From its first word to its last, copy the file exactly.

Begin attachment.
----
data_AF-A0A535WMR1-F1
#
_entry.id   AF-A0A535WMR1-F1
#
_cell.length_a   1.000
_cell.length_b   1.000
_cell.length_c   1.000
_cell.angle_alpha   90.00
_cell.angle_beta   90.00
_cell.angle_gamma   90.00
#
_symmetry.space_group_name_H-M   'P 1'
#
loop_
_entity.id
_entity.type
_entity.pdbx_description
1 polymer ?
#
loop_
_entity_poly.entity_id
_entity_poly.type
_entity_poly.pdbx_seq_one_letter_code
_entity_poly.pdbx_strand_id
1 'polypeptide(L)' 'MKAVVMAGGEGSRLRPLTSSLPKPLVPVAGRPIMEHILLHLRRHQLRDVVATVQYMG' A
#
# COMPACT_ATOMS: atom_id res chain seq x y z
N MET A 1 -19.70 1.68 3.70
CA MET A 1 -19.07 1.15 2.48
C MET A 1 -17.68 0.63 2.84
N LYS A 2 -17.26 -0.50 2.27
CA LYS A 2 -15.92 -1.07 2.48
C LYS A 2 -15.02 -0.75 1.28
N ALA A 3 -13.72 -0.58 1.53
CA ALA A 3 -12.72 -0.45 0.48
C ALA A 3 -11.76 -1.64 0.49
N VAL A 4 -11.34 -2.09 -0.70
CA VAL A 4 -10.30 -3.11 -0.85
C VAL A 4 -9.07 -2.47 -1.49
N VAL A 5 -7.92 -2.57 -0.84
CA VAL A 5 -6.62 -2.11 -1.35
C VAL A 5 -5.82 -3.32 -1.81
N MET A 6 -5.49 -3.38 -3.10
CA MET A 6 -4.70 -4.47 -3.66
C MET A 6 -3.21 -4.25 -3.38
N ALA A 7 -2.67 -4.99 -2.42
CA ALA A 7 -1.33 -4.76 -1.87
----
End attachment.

data_AF-A0A535WMR1-F1
#
_entry.id   AF-A0A535WMR1-F1
#
_cell.length_a   1.000
_cell.length_b   1.000
_cell.length_c   1.000
_cell.angle_alpha   90.00
_cell.angle_beta   90.00
_cell.angle_gamma   90.00
#
_symmetry.space_group_name_H-M   'P 1'
#
loop_
_entity.id
_entity.type
_entity.pdbx_description
1 polymer ?
#
loop_
_entity_poly.entity_id
_entity_poly.type
_entity_poly.pdbx_seq_one_letter_code
_entity_poly.pdbx_strand_id
1 'polypeptide(L)' 'MKAVVMAGGEGSRLRPLTSSLPKPLVPVAGRPIMEHILLHLRRHQLRDVVATVQYMG' A
#
# COMPACT_ATOMS: atom_id res chain seq x y z
N MET A 1 -19.70 1.68 3.70
CA MET A 1 -19.07 1.15 2.48
C MET A 1 -17.68 0.63 2.84
N LYS A 2 -17.26 -0.50 2.27
CA LYS A 2 -15.92 -1.07 2.48
C LYS A 2 -15.02 -0.75 1.28
N ALA A 3 -13.72 -0.58 1.53
CA ALA A 3 -12.72 -0.45 0.48
C ALA A 3 -11.76 -1.64 0.49
N VAL A 4 -11.34 -2.09 -0.70
CA VAL A 4 -10.30 -3.11 -0.85
C VAL A 4 -9.07 -2.47 -1.49
N VAL A 5 -7.92 -2.57 -0.84
CA VAL A 5 -6.62 -2.11 -1.35
C VAL A 5 -5.82 -3.32 -1.81
N MET A 6 -5.49 -3.38 -3.10
CA MET A 6 -4.70 -4.47 -3.66
C MET A 6 -3.21 -4.25 -3.38
N ALA A 7 -2.67 -4.99 -2.42
CA ALA A 7 -1.33 -4.76 -1.87